The IEEE Standards Association has released a report calling for engineers to consider the impact their work will have on climate change, children, and society. It’s a push towards “utilizing emerging technologies in a way that prioritizes people and planet over power and profits.”
The Institute of Electrical and Electronics Engineers (IEEE) is one of the largest organizations for computer scientists in the world. With hundreds of thousands of members, the group undertakes initiatives to create common standards, and often consults organizations like the European Commission and OECD on matters of ethics and design principles.
“It is imperative to move beyond business as usual and to prioritize the wellbeing of our children, starting with protecting their privacy and security online. If we fail to do this, their agency, mental health, and self-actualization as humans in any culture will be reliant on forces beyond their control,” reads the report titled “Measuring What Matters in the Era of Global Warming and the Age of Algorithmic Promises.”
The white paper encapsulates change underway at the IEEE in line with AI ethics principles released in spring 2019 after years of work, according to IEEE Global Initiative on Ethics of Autonomous & Intelligent Systems John Havens. It also follows last fall’s declaration by IEEE leadership to recognize “the global scale of the human-made and other environmental, social and governance challenges that threaten to rapidly and critically impact the living conditions of current and future generations.”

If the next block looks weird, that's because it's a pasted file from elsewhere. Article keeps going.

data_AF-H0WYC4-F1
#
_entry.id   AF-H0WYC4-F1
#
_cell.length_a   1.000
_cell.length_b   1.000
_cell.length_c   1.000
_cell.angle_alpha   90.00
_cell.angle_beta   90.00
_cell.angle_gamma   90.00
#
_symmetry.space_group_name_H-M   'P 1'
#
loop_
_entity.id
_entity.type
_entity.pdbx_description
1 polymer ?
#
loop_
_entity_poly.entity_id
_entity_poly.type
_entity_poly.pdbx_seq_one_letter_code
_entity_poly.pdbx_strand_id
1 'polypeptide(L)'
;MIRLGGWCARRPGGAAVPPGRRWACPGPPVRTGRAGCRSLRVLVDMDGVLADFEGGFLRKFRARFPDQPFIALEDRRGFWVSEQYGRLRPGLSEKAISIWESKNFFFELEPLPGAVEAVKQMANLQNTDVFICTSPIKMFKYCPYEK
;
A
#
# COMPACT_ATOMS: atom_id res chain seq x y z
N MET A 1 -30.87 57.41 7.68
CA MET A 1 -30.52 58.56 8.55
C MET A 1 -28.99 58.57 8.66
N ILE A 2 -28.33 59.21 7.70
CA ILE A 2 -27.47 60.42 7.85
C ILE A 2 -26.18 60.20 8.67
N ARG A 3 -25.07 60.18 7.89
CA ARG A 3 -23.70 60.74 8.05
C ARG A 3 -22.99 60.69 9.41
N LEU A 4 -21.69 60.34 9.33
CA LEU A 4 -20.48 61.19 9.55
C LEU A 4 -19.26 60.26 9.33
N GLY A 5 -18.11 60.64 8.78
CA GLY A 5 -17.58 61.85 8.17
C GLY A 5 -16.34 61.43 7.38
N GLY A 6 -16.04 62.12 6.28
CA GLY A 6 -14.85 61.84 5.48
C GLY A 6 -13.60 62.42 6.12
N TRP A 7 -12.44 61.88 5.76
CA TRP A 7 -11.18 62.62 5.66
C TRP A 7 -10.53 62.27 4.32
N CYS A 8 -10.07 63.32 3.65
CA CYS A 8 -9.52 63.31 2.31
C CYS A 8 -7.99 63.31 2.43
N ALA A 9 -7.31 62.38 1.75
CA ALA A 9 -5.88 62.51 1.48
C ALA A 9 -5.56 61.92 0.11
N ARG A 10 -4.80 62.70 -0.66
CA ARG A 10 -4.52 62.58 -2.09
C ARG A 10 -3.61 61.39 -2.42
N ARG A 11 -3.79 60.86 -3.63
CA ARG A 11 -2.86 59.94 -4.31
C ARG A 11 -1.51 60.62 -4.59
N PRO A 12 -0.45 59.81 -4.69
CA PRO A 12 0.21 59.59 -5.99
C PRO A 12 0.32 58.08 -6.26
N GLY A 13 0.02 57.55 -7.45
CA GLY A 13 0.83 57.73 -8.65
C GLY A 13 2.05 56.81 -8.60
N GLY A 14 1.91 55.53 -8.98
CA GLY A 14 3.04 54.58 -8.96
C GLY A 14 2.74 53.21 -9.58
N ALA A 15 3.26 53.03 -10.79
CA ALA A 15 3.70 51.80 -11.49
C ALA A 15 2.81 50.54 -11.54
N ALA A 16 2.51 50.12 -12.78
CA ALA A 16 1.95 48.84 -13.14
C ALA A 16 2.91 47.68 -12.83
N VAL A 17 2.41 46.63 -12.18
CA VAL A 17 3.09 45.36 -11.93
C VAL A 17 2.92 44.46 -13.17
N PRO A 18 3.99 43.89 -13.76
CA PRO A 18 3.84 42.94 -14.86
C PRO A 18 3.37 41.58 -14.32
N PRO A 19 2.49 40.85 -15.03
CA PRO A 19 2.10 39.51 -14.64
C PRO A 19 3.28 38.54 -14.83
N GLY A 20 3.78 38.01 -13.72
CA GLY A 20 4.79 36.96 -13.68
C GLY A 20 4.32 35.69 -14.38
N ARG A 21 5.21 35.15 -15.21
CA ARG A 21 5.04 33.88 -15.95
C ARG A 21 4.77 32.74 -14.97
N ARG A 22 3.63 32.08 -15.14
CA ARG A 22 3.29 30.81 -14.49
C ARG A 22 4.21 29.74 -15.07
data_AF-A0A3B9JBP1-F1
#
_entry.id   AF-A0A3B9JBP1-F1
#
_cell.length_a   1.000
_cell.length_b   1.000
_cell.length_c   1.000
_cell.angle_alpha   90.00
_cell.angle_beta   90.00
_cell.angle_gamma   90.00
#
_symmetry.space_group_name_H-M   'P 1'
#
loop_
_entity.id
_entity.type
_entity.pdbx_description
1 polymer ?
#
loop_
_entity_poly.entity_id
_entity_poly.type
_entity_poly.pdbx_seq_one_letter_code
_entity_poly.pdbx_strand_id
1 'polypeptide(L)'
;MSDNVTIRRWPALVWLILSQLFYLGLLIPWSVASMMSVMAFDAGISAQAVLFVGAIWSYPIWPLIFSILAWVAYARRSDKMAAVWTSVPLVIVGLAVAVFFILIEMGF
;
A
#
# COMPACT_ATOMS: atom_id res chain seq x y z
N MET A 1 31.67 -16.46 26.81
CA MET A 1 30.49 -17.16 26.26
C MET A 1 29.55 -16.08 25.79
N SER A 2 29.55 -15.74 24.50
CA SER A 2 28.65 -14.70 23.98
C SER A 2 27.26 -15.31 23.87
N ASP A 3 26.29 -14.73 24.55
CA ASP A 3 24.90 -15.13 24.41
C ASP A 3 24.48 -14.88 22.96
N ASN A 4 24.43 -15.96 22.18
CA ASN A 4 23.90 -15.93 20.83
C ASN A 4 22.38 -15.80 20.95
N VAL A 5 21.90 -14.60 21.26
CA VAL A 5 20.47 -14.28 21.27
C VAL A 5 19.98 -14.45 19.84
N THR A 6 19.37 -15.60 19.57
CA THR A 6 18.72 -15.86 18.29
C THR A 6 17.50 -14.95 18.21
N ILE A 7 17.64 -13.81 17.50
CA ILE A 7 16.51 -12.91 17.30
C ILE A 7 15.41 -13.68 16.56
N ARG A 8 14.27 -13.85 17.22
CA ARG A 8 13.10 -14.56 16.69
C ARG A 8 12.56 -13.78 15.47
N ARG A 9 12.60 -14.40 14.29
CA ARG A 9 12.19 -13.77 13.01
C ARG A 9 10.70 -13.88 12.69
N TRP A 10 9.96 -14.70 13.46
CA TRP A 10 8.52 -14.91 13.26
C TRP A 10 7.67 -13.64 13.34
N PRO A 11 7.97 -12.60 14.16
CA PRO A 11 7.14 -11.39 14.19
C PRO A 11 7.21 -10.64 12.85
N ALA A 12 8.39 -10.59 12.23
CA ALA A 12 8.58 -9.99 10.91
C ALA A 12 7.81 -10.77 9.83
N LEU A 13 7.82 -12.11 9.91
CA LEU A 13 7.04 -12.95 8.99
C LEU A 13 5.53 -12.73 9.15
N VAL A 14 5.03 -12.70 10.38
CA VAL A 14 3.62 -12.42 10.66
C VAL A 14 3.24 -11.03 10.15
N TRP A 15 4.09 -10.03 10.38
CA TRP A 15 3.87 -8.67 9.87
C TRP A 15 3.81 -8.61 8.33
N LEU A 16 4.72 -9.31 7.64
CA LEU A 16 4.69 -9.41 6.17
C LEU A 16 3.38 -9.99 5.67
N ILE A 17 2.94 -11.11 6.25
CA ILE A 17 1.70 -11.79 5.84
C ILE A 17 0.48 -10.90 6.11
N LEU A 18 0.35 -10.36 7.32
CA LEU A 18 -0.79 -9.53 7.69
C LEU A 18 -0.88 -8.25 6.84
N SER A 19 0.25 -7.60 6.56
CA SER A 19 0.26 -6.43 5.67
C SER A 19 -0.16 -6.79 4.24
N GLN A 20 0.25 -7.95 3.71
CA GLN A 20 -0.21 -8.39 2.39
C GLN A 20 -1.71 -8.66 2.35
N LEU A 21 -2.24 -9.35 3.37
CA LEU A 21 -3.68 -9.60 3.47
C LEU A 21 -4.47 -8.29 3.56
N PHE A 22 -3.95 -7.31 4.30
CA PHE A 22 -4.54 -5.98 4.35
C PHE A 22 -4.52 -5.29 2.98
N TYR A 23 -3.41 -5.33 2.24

Other recent works expresses similar sentiments: Last year, CEOs from Apple, Amazon, and other top businesses recognized a responsibility to society as well as shareholders, and companies like Microsoft and Amazon have recently espoused ambitious recent carbon footprint reduction goals.
The report offers three recommendations:
- Shift toward a “new climate economy” and identify “Earth-friendly AI”
- Protect children’s future, data, and lives
- Seek new success metrics that take societal wellbeing into account
Havens worked with IEEE Standards Association managing director Konstantinos Karachalios and climate change advocate economist Lord Nicholas Stern to author the report. The autonomous initiative Havens leads includes ethicists from companies like Google and Salesforce.
The paper itself is not an IEEE standard, but it points to a number of standards that may change to reflect the recommendations. Impacted standards include P2089, for changes in children’s data privacy standards and a metrics and autonomous systems best practice standard named 7010 that’s due in the months ahead, an IEEE spokesperson told VentureBeat in an email.
Building Earth-friendly AI
The report highlights work at the intersection of climate change AI like a recent PricewaterhouseCoopers report that calls for AI-powered help in crucial areas like water supply management, clean power, fishing sustainability, and other sectors of the economy deemed “earth-friendly AI.”
It also champions work by groups like Climate Change AI. Last year, the group documented numerous ways machine learning skills can combat climate change, from urban planning and climate change impact measurement to transportation activity reduction.